Electro-Voice returns to Earls Court for BRITS 2009
March 10, 2009
“the tried-and-tested consistency of the EV X-Line is the route to go.”
Filling the Earls Court Arena with the great and the good of the British music industry, the 2009 BRIT Awards featured a dizzying variety of performers and genres. Something of a coup for the organizers was the opening performance by U2, giving world TV its first look at their new album. With the emphasis very much on live performances from British artists, the program ranged from Coldplay to Girls Aloud, Take That to the Kings of Leon, the Ting Tings to the Pet Shop Boys.
“To be able to handle such a spread of A-list acts and keep everyone happy is amazing,“ says sound designer Derrick Zieba. “We didn’t have a single adverse comment from any artist, engineer or manager, they were all more than satisfied with what we’d done, and that is why I specified the X-Line.
“We first used this system configuration at Earls Court in 2006, and it has worked so well that there’s absolutely no point in changing it. I’m happy for our control systems to evolve, but with the main loudspeaker elements, the tried-and-tested consistency of the EV X-Line is the route to go.
“As a sound designer, my brief is crystal clear: to produce as good a sound as can be achieved in that room, and to deliver it to the live audience and the broadcasters. I don’t want a PA system to add any color, and one thing that still surprises me about X-Line is that it’s about as neutral as a system can be. We’re equally happy using it at the Classical BRITs show in the Royal Albert Hall.“Zieba welcomed this year’s change to the BRITs set, which created a single performance stage instead of two, and allowed him to narrow the distance between left and right main PA hangs. Left and right of the stage set were 15-module hangs of Electro-Voice X-Line mid-top cabinets and 10 Xsubs, with a center cluster of six small cabinets fitted into a tiny space below the follow-spots. The substantial delay system operated as a duplicate of the front system. With a L/R/L arrangement on the hangs, each with eight EV Xvls cabinets, the FOH engineers used the two delay hangs in front of them as their reference.Zieba and his team took advantage of EV’s NetMax digital matrix system, added into the system for extra control from the FOH position. “The whole system is mastered through IRIS-Net control and supervision software,“ explains Zieba. “However, NetMax helped us enormously by giving us accurate and recallable control of all the smaller speakers, allowing us to insert EQ and delay, and meter the results. It gave us the same level of control over the rest of the system that IRIS-Net gave us over the main PA.“The main PA is trimmed some 15 meters above the stage because, as Bryan Grant explains, “the BRIT Awards is essentially a TV show, so nobody wants to see sound equipment in shot. It is one of the specific reasons for using X-Line, as we can fly all the bass cabinets, keep the stage uncluttered, and still give everybody in the house full-range sound. It is a very good tool in this respect; we can get it up high and still achieve very even coverage. The X-Line boxes throw well - the Xvlt has 120-degree dispersion - and they have a very good sound. After four years of using the system on this show, our feeling is if it ain’t broke, don’t fix it!“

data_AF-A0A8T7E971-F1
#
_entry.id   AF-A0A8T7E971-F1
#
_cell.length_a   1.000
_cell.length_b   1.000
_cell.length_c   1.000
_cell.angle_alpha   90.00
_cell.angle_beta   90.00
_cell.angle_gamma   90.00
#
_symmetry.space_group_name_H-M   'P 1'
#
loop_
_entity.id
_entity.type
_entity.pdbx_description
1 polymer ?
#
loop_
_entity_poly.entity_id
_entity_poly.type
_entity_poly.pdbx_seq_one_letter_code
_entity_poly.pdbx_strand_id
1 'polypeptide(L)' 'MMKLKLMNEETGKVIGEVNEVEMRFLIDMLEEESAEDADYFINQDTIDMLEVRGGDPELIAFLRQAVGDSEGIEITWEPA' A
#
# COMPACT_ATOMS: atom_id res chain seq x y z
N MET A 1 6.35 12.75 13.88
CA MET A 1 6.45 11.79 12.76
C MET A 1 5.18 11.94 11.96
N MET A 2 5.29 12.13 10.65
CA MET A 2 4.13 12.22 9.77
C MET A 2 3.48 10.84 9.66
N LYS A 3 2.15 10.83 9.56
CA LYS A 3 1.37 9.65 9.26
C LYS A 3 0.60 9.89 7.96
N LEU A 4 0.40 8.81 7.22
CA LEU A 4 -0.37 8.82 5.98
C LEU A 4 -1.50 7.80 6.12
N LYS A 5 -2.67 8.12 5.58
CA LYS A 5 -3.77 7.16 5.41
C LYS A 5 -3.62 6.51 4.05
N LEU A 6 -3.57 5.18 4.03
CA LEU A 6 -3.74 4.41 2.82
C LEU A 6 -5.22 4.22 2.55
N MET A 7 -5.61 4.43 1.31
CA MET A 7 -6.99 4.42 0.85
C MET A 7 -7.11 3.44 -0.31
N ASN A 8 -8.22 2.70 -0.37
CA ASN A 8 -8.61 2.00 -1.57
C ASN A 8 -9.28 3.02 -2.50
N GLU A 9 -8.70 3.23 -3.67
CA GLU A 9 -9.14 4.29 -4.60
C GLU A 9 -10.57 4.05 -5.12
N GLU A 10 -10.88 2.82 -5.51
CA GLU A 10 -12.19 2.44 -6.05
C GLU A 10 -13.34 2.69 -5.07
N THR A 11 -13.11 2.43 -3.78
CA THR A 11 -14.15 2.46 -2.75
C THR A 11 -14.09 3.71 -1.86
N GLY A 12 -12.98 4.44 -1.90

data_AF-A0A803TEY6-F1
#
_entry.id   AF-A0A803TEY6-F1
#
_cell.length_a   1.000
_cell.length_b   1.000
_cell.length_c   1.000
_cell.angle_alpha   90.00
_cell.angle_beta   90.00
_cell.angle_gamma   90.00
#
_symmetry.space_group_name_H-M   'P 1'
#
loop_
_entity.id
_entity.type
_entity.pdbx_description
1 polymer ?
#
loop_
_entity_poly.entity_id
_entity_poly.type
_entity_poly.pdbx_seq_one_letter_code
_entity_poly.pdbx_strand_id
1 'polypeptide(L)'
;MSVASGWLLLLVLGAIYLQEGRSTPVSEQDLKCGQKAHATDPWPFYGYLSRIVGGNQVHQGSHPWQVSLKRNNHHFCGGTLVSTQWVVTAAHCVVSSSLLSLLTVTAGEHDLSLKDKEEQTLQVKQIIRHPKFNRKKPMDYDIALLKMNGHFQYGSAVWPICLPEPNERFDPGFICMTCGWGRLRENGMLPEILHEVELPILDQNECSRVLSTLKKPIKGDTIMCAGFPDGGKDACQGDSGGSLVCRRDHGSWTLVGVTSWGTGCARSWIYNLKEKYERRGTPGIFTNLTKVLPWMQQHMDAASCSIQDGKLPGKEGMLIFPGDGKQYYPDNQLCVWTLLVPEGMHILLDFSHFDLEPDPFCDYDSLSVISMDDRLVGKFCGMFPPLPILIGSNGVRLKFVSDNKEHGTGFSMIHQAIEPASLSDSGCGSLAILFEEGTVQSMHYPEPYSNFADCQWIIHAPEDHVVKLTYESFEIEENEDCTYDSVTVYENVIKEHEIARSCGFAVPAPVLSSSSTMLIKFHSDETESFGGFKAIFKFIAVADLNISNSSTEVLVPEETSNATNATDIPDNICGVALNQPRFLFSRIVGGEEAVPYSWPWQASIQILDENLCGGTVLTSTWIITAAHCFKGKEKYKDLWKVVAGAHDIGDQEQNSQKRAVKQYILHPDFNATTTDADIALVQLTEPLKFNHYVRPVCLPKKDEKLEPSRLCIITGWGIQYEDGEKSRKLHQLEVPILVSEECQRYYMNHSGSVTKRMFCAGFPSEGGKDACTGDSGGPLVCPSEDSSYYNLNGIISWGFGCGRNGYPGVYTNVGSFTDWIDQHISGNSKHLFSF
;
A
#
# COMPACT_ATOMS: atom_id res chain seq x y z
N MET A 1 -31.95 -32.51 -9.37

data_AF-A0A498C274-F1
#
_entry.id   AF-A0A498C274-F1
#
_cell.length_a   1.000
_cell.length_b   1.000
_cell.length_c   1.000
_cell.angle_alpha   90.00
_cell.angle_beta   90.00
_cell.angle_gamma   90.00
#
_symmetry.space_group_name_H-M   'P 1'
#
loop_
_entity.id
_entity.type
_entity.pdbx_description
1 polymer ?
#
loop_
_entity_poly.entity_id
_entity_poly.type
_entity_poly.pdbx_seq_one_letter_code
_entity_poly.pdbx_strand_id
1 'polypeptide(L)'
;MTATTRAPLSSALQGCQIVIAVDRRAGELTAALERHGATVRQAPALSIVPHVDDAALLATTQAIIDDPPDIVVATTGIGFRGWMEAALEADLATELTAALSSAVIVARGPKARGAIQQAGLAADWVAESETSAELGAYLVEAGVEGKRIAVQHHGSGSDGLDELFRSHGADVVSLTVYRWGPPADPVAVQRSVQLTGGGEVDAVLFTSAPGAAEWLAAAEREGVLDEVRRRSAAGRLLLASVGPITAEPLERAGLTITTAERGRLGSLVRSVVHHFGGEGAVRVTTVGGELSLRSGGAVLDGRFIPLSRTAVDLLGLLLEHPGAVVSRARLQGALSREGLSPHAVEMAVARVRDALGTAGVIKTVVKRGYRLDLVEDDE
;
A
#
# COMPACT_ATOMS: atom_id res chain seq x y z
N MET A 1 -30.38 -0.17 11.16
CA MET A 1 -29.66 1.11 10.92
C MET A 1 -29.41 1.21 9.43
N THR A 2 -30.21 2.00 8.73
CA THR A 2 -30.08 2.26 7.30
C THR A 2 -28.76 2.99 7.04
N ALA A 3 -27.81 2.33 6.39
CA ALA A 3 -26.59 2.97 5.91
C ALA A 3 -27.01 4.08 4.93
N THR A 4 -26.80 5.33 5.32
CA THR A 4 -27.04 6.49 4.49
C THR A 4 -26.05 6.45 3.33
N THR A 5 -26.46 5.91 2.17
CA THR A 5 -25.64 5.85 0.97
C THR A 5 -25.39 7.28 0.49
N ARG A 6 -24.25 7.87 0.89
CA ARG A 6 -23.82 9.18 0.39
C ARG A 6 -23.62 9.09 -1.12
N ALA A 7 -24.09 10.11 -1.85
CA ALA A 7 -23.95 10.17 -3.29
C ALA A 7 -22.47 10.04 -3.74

X-Line also delivered the goods for the BRIT Awards’ notoriously demanding noise police, which enforced even more detailed regulation this year. Measurements ran over a whole day to monitor the exposure to employees, although, Zieba reports, “not only did we meet our show targets but we met our all-day LEQ targets as well.“The BRITs sound team:
Sound Designer: Derrick Zieba
Front-of-House Engineers: Chris Morrison, Dave Bracey
FOH (presentations): Ben Milton
Monitor Engineers: John James, Ben Philips
System Tech: Nico Royan
Stage Team: Pete McGlynn, Steve Donovan
Radio Systems: Barry McCloud
Tel: +44 208 646 7114www.shuttlesound.com